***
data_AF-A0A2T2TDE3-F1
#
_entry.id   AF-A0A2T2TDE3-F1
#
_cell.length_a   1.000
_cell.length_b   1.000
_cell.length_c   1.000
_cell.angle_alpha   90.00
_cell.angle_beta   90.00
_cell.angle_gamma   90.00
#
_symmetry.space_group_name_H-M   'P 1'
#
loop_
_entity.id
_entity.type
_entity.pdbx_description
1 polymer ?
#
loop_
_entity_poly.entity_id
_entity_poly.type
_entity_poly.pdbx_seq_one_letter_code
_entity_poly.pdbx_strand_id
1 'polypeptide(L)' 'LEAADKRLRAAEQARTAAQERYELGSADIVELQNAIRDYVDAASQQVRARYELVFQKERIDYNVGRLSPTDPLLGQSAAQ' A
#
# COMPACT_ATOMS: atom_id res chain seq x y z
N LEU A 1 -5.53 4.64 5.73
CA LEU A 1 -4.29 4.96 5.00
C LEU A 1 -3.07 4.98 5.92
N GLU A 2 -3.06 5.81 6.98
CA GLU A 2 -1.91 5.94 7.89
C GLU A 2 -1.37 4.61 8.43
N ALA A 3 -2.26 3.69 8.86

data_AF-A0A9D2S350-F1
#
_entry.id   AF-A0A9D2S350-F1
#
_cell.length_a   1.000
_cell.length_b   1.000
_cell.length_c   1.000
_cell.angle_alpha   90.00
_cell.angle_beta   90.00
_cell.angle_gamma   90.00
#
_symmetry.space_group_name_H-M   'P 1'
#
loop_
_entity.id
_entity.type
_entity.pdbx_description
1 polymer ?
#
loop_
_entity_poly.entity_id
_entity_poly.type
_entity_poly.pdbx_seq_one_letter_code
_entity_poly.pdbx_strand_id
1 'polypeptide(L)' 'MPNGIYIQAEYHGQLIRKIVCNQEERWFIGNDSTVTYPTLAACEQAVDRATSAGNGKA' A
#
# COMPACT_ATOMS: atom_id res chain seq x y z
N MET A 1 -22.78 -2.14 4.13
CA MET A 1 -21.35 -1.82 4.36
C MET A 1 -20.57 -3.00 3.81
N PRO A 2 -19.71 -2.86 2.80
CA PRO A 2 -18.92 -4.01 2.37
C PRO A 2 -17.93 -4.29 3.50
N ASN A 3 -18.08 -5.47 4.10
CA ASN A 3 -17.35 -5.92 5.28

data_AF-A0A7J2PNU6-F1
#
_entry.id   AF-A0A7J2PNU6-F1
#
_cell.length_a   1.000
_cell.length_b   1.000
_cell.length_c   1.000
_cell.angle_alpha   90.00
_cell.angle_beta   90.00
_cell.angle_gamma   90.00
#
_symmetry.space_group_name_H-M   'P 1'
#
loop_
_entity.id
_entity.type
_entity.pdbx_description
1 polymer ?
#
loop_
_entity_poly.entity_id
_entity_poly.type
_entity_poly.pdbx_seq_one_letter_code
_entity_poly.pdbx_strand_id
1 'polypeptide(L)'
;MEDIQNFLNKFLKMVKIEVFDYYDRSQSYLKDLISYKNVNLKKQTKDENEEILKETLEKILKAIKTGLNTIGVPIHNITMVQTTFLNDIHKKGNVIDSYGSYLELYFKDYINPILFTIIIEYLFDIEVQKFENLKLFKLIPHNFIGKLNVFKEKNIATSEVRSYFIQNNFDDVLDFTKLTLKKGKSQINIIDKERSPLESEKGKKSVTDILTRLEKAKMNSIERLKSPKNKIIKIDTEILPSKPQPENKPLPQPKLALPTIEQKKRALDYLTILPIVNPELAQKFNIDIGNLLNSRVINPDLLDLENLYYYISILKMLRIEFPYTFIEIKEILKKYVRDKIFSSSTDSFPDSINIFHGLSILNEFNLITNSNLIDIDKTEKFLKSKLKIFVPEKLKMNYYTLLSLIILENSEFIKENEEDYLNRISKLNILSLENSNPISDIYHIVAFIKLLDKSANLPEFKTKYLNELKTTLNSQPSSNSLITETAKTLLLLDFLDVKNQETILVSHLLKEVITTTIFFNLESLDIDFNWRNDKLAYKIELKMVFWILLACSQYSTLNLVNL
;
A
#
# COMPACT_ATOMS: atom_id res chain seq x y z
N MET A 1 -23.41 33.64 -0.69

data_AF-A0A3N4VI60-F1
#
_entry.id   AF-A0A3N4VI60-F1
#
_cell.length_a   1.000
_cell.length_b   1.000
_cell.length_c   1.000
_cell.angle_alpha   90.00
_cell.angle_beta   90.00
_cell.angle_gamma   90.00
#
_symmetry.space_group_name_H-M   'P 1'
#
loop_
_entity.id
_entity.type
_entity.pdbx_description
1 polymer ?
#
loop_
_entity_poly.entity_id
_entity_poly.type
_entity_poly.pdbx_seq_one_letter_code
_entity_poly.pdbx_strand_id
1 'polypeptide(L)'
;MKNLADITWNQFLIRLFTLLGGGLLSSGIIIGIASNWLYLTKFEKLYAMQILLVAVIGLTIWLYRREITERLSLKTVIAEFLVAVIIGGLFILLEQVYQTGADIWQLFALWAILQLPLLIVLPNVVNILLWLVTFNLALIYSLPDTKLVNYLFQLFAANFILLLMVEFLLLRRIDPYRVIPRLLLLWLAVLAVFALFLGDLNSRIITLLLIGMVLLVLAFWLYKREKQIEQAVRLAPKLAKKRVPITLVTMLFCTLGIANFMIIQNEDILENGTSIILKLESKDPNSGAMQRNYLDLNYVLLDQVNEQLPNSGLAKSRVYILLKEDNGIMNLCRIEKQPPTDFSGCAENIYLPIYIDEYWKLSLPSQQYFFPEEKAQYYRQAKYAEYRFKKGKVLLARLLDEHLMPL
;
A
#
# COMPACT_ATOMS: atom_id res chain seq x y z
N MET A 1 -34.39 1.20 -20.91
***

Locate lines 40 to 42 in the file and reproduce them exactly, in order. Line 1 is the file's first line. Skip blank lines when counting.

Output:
_cell.length_b   1.000
_cell.length_c   1.000
_cell.angle_alpha   90.00